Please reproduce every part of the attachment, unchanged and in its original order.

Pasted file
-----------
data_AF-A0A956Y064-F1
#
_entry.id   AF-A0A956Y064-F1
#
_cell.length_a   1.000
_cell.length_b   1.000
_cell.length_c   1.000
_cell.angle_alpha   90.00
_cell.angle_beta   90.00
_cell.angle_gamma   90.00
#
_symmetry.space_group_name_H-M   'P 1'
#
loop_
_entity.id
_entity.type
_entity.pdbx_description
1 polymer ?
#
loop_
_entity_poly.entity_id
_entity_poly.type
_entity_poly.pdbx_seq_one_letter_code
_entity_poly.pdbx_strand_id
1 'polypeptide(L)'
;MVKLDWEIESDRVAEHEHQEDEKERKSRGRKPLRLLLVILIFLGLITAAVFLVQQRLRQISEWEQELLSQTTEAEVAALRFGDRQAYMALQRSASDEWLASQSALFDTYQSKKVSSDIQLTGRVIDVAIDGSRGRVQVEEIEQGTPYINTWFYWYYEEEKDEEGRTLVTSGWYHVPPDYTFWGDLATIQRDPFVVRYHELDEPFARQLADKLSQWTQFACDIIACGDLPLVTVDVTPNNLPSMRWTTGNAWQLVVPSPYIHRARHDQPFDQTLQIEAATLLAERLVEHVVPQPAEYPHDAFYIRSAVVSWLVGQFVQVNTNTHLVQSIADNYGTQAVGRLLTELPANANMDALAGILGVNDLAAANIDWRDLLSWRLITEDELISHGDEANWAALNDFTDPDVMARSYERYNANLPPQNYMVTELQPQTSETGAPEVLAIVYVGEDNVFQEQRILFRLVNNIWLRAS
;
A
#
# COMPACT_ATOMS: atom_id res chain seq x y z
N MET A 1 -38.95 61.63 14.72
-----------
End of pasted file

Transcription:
data_AF-A0A956Y064-F1
#
_entry.id   AF-A0A956Y064-F1
#
_cell.length_a   1.000
_cell.length_b   1.000
_cell.length_c   1.000
_cell.angle_alpha   90.00
_cell.angle_beta   90.00
_cell.angle_gamma   90.00
#
_symmetry.space_group_name_H-M   'P 1'
#
loop_
_entity.id
_entity.type
_entity.pdbx_description
1 polymer ?
#
loop_
_entity_poly.entity_id
_entity_poly.type
_entity_poly.pdbx_seq_one_letter_code
_entity_poly.pdbx_strand_id
1 'polypeptide(L)'
;MVKLDWEIESDRVAEHEHQEDEKERKSRGRKPLRLLLVILIFLGLITAAVFLVQQRLRQISEWEQELLSQTTEAEVAALRFGDRQAYMALQRSASDEWLASQSALFDTYQSKKVSSDIQLTGRVIDVAIDGSRGRVQVEEIEQGTPYINTWFYWYYEEEKDEEGRTLVTSGWYHVPPDYTFWGDLATIQRDPFVVRYHELDEPFARQLADKLSQWTQFACDIIACGDLPLVTVDVTPNNLPSMRWTTGNAWQLVVPSPYIHRARHDQPFDQTLQIEAATLLAERLVEHVVPQPAEYPHDAFYIRSAVVSWLVGQFVQVNTNTHLVQSIADNYGTQAVGRLLTELPANANMDALAGILGVNDLAAANIDWRDLLSWRLITEDELISHGDEANWAALNDFTDPDVMARSYERYNANLPPQNYMVTELQPQTSETGAPEVLAIVYVGEDNVFQEQRILFRLVNNIWLRAS
;
A
#
# COMPACT_ATOMS: atom_id res chain seq x y z
N MET A 1 -38.95 61.63 14.72